SIR 2015: Interventional Radiology Needs More Visibility


As doctor’s doctors, radiologists like pathologists may be among the most invisible and least understood medical specialists by patients. Interventional radiologists should be the exception, having a visbility level by potential patients similar to surgeons. But they don’t, researchers told attendees at the annual meeting of the Society of Interventional Radiologists held earlier this month in Atlanta.

Co-authors David Heister, M.D., Ph.D., chief resident in the Department of Radiology at the University of California in San Diego (UCSD) and Isabel Newton, M.D., of the Veterans Affairs Hospital in La Jolla are currently filming a documentary entitled “Without a Scalpel; the Secret World of Interventional Radiology.” They hypothesize that a lack of patient awareness of interventional radiology (IR) may result in patients’ favoring surgery over unfamiliar minimally invasive IR procedures despite lower associated risks and faster recovery time. They conducted a small survey of 80 outpatients at the UCSD Radiology Department to assess patients’ familiarity and impression of IR. >

Only 35% of patients surveyed were familiar with IR, but almost 605 had a positive impression. As might be expected, the 11% of patients surveyed who were having IR treatment were more aware of IR procedures and the physicians who performed them. Of the 84% of patients having a different type of imaging exam, only 17% had a positive impression of IR. Three fourth’s of these patients either had no impression of IR or a negative impression. When patients were subsequently briefly educated about the fact that IR procedures might be a clinically appropriate alternative over surgery, the majority expressed positive interst.

“Our small study found that only 35% of outpatients coming to the general radiology department waiting room had heard of IR. There are many ways to better explain what IR is to our patients. One method would be to take advantage of our association with diagnostic radiology to educate all patients spending time in the radiology department about  minimally invasive procedures available and the expertise of interventional radiologists, commented Heister.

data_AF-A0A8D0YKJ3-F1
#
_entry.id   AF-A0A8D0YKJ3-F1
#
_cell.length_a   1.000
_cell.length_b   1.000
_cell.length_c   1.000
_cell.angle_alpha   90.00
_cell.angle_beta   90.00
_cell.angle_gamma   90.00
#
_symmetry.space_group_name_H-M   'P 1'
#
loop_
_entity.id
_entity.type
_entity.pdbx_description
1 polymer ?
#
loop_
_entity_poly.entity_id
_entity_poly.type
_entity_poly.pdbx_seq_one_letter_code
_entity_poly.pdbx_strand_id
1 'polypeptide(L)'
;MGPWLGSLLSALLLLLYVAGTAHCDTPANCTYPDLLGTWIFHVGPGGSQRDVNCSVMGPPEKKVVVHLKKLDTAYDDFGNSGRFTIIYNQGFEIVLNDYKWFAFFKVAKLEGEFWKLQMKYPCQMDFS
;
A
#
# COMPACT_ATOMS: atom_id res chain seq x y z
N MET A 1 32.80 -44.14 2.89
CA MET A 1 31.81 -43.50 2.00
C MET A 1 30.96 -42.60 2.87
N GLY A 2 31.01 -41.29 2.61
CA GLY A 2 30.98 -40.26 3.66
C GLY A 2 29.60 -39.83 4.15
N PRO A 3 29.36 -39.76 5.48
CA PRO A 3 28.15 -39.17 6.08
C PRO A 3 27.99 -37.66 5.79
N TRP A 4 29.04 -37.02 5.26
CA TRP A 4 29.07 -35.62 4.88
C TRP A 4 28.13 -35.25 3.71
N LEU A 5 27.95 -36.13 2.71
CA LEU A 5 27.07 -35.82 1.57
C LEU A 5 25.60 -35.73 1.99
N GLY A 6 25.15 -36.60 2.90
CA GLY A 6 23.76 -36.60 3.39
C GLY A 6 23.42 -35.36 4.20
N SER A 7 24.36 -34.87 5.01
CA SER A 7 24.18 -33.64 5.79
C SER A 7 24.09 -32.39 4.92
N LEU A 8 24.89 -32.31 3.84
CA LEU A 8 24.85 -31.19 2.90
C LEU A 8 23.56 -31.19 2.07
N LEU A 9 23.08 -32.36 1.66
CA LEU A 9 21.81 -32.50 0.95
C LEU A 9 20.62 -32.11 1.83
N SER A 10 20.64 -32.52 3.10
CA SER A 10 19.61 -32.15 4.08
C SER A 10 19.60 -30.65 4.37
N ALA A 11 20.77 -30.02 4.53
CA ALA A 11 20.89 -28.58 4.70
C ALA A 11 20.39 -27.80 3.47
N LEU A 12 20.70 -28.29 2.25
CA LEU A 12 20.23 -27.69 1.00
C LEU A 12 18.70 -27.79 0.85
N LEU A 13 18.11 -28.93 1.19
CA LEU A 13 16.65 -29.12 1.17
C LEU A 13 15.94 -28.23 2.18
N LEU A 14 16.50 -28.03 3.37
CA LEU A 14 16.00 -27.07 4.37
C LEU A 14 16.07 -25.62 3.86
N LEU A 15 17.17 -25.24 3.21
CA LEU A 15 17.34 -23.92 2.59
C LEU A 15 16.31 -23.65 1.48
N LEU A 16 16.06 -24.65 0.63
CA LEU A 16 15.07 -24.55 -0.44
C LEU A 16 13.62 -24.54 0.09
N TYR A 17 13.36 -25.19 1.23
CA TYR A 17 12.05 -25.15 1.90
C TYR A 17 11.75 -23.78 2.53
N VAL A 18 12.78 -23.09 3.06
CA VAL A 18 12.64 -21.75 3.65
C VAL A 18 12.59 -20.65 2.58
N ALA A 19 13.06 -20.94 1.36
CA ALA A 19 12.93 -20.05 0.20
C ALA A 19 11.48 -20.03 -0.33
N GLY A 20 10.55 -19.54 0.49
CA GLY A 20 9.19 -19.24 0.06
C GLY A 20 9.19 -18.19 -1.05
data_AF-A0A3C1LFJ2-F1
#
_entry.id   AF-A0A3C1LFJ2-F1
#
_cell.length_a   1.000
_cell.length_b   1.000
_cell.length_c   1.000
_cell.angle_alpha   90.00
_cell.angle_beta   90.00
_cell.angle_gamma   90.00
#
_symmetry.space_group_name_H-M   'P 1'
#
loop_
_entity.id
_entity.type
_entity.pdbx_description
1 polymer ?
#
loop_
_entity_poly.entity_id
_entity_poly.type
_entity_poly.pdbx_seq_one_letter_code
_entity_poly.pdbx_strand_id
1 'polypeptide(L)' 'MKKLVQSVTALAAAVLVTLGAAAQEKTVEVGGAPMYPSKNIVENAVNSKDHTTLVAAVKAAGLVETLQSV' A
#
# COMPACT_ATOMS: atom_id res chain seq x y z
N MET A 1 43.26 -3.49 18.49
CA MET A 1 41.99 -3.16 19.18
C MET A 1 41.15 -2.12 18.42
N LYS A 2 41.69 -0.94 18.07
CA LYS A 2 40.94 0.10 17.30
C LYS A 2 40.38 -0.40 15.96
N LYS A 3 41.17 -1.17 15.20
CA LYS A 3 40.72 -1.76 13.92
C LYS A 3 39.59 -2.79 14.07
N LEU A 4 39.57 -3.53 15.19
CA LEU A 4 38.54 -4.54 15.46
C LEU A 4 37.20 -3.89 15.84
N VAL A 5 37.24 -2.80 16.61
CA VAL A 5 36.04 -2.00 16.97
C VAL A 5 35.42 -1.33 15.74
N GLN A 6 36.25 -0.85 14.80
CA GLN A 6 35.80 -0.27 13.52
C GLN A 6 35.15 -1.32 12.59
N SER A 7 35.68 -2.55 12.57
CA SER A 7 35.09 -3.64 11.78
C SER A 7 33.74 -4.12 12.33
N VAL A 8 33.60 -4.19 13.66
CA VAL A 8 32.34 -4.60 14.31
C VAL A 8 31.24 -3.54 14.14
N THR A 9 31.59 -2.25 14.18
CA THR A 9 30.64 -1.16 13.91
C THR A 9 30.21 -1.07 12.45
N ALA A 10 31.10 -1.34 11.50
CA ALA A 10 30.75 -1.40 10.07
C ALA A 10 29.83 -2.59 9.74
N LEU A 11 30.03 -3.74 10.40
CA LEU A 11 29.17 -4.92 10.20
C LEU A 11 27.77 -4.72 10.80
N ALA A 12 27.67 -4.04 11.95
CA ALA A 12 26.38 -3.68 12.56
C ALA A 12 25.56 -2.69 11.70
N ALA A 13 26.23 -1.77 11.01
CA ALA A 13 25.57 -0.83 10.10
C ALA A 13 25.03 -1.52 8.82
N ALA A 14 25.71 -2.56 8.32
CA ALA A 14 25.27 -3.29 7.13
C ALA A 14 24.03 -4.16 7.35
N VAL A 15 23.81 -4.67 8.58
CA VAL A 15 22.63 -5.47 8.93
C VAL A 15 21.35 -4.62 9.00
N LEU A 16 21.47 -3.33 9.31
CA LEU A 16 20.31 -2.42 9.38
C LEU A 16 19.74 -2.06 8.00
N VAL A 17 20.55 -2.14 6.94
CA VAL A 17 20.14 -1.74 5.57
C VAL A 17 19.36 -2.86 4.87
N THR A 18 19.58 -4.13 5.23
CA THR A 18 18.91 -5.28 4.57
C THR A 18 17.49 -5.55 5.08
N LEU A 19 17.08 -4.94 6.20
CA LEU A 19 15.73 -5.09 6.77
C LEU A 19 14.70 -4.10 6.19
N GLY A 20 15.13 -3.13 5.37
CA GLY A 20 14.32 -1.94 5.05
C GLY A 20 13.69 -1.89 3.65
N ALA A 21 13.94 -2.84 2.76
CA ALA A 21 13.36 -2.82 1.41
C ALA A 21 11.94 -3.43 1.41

Newton added, “I believe the problem of a lack of public awareness of our field – whether the general public, patients, or other health care providers — is larger than individual radiology departments or institutions. Increased awareness is going to take significant public outreach and education efforts.”

Heister and Newton believe that it is critically important to educate referring physicians, nurse practitioners and other healthcare-related professionals. This can be done with tradiational educational information, giving grand rounds, leading tumor boards, and referencing IR procedures in diagnostic imaging reports.  They encourage interventional radiologists interested in publishing articles to submit them to peer-review journals outside the radiology profession and to apply to speak about minimally invasive procedure options at other national medical specialty conferences.

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SIR 2015: Interventional Radiology Needs More Visibility.  Appl Radiol. 

March 18, 2015
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